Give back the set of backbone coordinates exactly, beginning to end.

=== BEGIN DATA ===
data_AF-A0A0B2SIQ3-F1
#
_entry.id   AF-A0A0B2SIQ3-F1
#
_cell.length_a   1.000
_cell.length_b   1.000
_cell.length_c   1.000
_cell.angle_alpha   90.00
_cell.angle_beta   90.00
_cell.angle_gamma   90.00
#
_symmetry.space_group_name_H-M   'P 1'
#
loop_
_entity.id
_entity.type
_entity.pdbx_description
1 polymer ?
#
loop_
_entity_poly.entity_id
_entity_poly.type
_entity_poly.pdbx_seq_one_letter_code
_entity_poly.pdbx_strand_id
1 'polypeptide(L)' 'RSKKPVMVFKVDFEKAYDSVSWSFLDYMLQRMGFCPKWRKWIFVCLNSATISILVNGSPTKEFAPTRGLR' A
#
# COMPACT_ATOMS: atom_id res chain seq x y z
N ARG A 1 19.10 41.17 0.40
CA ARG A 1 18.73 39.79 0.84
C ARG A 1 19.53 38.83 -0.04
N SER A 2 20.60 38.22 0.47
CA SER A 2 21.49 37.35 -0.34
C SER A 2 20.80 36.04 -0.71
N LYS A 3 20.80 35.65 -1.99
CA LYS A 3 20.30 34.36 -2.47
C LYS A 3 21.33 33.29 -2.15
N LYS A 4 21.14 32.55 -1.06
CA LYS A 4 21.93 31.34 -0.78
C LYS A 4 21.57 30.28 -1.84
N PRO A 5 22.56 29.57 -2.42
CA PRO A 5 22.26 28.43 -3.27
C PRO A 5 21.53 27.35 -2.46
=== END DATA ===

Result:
data_AF-A0A0B2SIQ3-F1
#
_entry.id   AF-A0A0B2SIQ3-F1
#
_cell.length_a   1.000
_cell.length_b   1.000
_cell.length_c   1.000
_cell.angle_alpha   90.00
_cell.angle_beta   90.00
_cell.angle_gamma   90.00
#
_symmetry.space_group_name_H-M   'P 1'
#
loop_
_entity.id
_entity.type
_entity.pdbx_description
1 polymer ?
#
loop_
_entity_poly.entity_id
_entity_poly.type
_entity_poly.pdbx_seq_one_letter_code
_entity_poly.pdbx_strand_id
1 'polypeptide(L)' 'RSKKPVMVFKVDFEKAYDSVSWSFLDYMLQRMGFCPKWRKWIFVCLNSATISILVNGSPTKEFAPTRGLR' A
#
# COMPACT_ATOMS: atom_id res chain seq x y z
N ARG A 1 19.10 41.17 0.40
CA ARG A 1 18.73 39.79 0.84
C ARG A 1 19.53 38.83 -0.04
N SER A 2 20.60 38.22 0.47
CA SER A 2 21.49 37.35 -0.34
C SER A 2 20.80 36.04 -0.71
N LYS A 3 20.80 35.65 -1.99
CA LYS A 3 20.30 34.36 -2.47
C LYS A 3 21.33 33.29 -2.15
N LYS A 4 21.14 32.55 -1.06
CA LYS A 4 21.93 31.34 -0.78
C LYS A 4 21.57 30.28 -1.84
N PRO A 5 22.56 29.57 -2.42
CA PRO A 5 22.26 28.43 -3.27
C PRO A 5 21.53 27.35 -2.46